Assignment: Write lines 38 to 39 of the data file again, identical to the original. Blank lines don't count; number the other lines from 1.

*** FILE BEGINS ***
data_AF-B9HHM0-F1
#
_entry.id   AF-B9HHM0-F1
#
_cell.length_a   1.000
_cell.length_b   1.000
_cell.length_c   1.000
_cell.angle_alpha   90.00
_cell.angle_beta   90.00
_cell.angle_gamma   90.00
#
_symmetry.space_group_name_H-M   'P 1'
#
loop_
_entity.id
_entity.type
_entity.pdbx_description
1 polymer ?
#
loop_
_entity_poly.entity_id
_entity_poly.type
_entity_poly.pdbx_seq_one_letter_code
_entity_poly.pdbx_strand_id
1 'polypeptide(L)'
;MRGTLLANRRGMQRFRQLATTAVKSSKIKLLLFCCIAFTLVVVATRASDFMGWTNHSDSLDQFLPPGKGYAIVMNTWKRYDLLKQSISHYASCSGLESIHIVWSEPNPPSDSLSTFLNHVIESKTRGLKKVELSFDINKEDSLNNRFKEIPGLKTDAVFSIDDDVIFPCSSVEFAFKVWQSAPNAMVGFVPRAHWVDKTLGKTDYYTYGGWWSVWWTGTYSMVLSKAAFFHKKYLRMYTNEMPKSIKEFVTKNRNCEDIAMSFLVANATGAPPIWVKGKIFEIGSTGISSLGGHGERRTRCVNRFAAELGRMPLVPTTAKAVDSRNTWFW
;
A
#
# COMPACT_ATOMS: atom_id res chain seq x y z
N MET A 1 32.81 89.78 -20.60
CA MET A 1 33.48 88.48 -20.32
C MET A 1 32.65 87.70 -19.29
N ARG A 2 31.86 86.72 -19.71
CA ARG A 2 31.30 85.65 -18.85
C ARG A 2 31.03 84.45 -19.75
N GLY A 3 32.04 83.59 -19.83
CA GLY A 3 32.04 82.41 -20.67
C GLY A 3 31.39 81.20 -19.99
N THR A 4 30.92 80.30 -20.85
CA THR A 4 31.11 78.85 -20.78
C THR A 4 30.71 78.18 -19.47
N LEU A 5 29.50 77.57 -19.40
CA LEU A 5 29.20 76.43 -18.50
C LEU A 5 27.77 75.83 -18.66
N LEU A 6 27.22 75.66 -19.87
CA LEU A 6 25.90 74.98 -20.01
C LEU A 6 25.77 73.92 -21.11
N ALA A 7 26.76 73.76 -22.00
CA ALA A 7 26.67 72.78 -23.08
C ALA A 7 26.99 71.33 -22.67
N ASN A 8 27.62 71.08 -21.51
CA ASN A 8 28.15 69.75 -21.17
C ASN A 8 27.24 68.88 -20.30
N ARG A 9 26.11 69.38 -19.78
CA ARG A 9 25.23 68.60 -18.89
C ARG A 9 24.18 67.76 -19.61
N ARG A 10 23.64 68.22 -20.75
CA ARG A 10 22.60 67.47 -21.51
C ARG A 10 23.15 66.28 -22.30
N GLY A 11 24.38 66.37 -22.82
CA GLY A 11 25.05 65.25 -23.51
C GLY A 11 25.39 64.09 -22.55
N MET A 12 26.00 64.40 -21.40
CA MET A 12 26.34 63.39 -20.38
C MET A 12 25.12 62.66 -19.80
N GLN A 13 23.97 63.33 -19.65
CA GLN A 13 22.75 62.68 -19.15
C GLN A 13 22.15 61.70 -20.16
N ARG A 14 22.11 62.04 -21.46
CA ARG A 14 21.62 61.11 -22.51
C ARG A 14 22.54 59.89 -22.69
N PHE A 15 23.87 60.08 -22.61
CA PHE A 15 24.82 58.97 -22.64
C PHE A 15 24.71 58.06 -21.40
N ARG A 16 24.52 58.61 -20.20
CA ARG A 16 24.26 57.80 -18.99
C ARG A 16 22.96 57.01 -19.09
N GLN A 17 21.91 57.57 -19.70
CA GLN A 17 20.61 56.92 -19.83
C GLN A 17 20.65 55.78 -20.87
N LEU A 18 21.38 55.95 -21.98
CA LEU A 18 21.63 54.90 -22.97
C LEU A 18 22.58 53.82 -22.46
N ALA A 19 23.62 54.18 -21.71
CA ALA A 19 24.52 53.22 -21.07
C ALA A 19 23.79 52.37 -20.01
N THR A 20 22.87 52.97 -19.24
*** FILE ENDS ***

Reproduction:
CA GLY A 3 32.04 82.41 -20.67
C GLY A 3 31.39 81.20 -19.99